ABSTRACT

In early Yellowstone history, the concessions yielded little or nothing. When some leases were finally made the fees charged were so small that they yielded very little. When the troops were brought in it was assumed that there would be little expense for protection and administration, although Congress appropriated modest sums, gradually increasing, for roads, protection, and administration, particularly for roads. It was still believed that when the roads and administration facilities were established the early parks would be self-supporting. There was as yet no charge for admission to the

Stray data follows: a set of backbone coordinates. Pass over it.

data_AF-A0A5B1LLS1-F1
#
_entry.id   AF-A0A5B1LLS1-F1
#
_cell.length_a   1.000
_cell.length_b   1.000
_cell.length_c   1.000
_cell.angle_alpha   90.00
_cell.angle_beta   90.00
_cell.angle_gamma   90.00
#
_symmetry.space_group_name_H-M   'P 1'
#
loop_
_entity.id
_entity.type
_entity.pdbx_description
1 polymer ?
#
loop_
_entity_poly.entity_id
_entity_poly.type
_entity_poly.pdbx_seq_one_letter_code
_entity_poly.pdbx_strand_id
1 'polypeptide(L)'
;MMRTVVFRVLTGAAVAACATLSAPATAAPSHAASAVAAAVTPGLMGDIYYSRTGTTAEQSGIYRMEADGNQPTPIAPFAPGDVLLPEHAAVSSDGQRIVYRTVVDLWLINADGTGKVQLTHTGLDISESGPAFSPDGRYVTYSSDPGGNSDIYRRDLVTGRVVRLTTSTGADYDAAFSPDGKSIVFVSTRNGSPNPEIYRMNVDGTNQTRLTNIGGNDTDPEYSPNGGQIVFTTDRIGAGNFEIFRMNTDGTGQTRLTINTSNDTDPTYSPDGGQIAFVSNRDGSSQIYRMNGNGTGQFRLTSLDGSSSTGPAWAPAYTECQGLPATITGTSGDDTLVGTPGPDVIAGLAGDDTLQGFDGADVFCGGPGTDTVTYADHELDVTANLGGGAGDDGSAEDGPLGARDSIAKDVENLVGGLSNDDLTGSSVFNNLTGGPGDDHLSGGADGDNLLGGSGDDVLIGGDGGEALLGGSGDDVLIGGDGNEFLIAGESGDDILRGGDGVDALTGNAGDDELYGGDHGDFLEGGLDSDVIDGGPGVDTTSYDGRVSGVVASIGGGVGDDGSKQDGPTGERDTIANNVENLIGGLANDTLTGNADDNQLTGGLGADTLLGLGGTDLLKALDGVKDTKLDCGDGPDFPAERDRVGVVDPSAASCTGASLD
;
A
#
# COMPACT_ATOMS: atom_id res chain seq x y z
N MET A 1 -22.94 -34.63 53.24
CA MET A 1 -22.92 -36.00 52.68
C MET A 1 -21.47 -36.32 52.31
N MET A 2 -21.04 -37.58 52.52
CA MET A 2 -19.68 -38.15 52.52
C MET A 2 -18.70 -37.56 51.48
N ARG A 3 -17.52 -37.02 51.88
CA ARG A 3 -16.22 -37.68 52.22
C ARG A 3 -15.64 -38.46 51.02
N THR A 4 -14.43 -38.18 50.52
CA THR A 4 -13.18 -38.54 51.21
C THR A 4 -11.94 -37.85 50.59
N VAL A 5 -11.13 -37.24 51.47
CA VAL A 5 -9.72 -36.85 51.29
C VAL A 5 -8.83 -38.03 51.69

early parks. There was a gradual increase in concessioner facilities in Yellowstone, and they eventually yielded a small revenue; in 1910 investment by private concessioners in Yellowstone amounted to more than $1 million and total revenues from the concessioners in all the parks were $51,000. In all parks but Crater Lake, Mesa Verde, and Glacier, revenues could be used for administration, but in those three parks they had to be paid into the Treasury. Yellowstone at this time was the only park that had any considerable investment in visitors' facilities, or in roads.